The last college lacrosse game I ever played was on Memorial Day inside the walls of M&T Bank Stadium in Baltimore. This was the 22nd straight final four appearance for our program, so needless to say we were no strangers to the spotlight and the electric energy of the NCAA National Championship game. Most of our fans were so used to us being there every season that they would book their hotel rooms a year in advance. I remember and cherish all of my memories of playing college lacrosse but this particular Monday in May will go down as one of the most vivid.
We loaded our team bus that Monday morning at the hotel and received a police escort to the field. The vibe on the bus was quiet and focused as we were led through the traffic jammed inner harbor. I remember looking out the window as we passed all of the massive ships like the USCGC Taney, USS Constellation, Lightship Chesapeake and USS Torsk docked along the seawall. Across the harbor on Federal Hill you could make out a large cannon monument and a gigantic American flag waving in the wind. We finally made it to the stadium and suited up to go play for our 9th National Championship in front of nearly 45,000 people.
Everything was going as usual until our opponents entered the scene. To this day one of the coolest things I’ve ever seen was the 2004 Navy Lacrosse team flying out of the tunnel led by a giant American flag. At this particular moment our entire team realized that we were underdogs — and in a huge way. The noise created by the crowd was louder than any rock concert I’d ever been to. It was the championship, we were in Baltimore, they were America’s team and it was Memorial Day. Out of the 45,000 fans I feel like 44,900 fans were rooting for the Midshipmen. The scene was so intense that I almost wanted to root for them.
Memorial Day has always been an important day for my family and I. We have several family members that serve or have served in the Army, Navy, Air Force and Coast Guard. My Grandfather always viewed Memorial Day as one of the most important holidays of them all. He wasn’t preachy about it, he just made sure that we understood its importance to honor the lives of those that protect our freedom. My hometown of Carthage is just minutes away from Fort Drum so I was raised around the military lifestyle and have witnessed the impact of unfortunate tragedy on a family. Operation Desert Storm in the 90’s was particularly difficult because many of my classmates had parents that were serving in Saudi Arabia. With that being said, I’m not afraid to say that when I witnessed the Navy team take the field that day it gave me chills. It forced me to reflect on what makes our country what it is and how lucky we all are to have the opportunity to play lacrosse and live in the land of the free. It was another one of the moments that reminds you that we are human beings first and lacrosse players second.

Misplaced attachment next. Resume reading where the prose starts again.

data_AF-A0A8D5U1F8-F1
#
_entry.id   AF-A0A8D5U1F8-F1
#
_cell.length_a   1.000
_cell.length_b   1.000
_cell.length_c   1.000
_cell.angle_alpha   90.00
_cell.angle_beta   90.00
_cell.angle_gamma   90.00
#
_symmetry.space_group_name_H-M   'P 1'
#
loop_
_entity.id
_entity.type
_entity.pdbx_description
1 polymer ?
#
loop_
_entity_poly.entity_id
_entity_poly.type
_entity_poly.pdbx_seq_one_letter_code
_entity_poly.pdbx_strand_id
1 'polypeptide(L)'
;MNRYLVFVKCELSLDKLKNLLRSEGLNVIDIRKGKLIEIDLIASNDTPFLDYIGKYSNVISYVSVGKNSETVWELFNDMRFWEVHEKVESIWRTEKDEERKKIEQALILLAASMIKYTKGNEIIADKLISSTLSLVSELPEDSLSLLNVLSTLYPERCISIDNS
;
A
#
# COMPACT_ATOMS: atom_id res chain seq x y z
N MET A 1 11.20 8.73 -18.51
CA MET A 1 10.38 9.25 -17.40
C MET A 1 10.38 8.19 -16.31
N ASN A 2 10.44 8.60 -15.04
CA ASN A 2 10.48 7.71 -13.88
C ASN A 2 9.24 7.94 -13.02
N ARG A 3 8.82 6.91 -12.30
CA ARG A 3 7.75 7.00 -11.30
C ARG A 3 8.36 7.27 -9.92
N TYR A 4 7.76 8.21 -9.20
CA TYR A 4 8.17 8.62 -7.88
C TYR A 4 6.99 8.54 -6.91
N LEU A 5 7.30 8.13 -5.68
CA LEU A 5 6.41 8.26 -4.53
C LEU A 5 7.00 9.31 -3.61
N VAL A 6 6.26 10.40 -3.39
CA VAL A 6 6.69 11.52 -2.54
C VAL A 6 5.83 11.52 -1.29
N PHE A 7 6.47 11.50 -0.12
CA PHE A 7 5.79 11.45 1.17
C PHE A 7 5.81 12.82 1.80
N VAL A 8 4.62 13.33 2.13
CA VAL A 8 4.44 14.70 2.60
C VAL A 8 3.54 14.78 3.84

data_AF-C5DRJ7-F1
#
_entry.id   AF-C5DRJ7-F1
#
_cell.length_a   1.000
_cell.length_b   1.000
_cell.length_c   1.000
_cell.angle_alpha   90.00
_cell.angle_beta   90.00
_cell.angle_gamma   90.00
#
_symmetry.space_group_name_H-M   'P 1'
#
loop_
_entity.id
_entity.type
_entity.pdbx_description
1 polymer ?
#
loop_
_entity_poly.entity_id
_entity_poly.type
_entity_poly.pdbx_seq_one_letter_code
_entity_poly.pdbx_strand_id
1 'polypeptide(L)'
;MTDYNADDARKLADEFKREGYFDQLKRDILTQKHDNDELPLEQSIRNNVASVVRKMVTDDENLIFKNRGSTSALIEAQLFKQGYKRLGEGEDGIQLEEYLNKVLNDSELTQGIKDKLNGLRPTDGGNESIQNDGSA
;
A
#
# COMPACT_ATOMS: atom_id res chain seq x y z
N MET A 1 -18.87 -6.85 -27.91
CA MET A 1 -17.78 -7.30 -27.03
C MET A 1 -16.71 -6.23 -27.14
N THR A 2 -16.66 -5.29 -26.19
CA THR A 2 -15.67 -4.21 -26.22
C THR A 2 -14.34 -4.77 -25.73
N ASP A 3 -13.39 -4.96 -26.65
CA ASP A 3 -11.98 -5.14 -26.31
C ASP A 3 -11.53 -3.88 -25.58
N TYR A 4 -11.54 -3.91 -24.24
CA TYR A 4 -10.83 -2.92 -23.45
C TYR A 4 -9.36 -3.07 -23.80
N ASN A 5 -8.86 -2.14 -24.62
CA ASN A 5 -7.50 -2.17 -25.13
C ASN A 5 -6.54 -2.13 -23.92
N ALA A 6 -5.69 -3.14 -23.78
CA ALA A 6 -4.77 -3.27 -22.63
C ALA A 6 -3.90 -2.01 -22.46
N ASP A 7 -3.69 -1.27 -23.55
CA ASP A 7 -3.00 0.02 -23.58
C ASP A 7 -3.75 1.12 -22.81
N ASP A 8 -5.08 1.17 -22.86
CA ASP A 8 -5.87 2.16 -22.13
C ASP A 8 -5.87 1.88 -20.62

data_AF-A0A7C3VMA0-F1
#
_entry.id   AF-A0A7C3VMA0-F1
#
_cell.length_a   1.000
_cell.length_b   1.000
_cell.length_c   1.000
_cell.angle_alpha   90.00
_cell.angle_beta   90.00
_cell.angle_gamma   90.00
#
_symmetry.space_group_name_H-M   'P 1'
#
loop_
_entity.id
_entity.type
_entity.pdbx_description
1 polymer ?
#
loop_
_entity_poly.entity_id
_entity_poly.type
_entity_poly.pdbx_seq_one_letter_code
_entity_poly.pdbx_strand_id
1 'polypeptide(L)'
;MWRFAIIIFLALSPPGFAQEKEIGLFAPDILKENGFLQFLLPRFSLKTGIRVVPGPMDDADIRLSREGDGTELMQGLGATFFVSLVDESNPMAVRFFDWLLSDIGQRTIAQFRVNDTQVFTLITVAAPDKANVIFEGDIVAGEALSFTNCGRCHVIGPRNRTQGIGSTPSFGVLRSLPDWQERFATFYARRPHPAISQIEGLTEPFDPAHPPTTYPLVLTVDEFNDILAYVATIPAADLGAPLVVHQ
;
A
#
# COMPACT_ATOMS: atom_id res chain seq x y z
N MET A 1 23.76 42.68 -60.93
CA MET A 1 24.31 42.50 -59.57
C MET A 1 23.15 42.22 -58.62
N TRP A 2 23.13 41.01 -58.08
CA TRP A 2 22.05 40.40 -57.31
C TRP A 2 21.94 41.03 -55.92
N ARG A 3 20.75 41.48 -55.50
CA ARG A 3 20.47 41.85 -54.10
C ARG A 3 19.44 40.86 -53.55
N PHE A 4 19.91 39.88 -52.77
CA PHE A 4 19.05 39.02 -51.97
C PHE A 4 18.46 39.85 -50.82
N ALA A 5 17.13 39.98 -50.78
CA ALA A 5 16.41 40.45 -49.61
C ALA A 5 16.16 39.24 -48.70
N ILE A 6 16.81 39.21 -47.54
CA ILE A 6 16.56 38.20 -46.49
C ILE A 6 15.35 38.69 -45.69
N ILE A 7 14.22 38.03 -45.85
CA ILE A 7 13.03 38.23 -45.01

It takes a special kind of person to have the courage and bravery to serve our country. I can’t express how much I admire that sense of leadership and fearlessness. So in many ways I love the fact that the division one men’s championship falls on the day of remembrance. Lacrosse is a game – war is a matter of life and death. Now I am in no way comparing these two things, but I will say that players that possess those personality traits are tough to beat and Navy happened to have 40 of them. We traded goals in the pouring rain for the next two hours and I kept hearing a name over the loud speaker that I will never forget — Looney.
Three brothers all on the same team at the same time. Stephen, Billy and Brendan Looney. At the time I didn’t know much about them other than the fact that they were all great lacrosse players. They were all very athletic, fast and strong. We ended up winning the game by one goal in the final seconds and capping the end of a terrific college lacrosse season. As we went through the hand shake line after the game I had the pleasure of meeting #40 Brendan Looney. We shook hands and looked each other in the eye as we both said good bye to college lacrosse. That was the last time I saw Brendan.
After I left college I moved to Denver, Colorado with plans to learn more about music, art, life and myself. Brendan on the other hand graduated from the Naval Academy and was sent to Korea and later Iraq. Again, such an admirable quality especially in a young person — he was obviously much more mature than I was at the time.
Late September 2010 I ran into a friend of mine and he informed me that Brendan Looney died when his SEALS helicopter crashed in the mountains of Afghanistan. This news hit me and the rest of the lacrosse world like a ton of bricks. Lacrosse is a family sport that’s tight knit and when a special person like Brendan passes it paralyzes the whole community. I will never forget the moment that him and I shared on that field on Memorial day back in 2004. Two young kids, competing and playing a game we love.
Although I never had the opportunity to get to know Brendan on a personal level, I consider him a friend and someone who continues to inspire me on a daily basis. I write this article to honor the hero, the brother, the son, the friend, the husband and the lacrosse player Brendan Looney. I also write this to honor all of those who serve and thank you from the bottom of my heart for your commitment and dedication to this country. You are all amazing people.
I leave you all with words of advice from Brendan Looney that we should all look at closely on this weekend of remembrance and implement into our everyday lives.
Courtesy of The Brendan Looney Foundation
Be Strong, Be Accountable, Never Complain
• Make good choices
• Create goals
• Give 110%
• Work hard in school, on the field and in the workplace
• Help & encourage others
• Give back to community and country
Working always to better yourself, means giving your best self to others. No Regrets.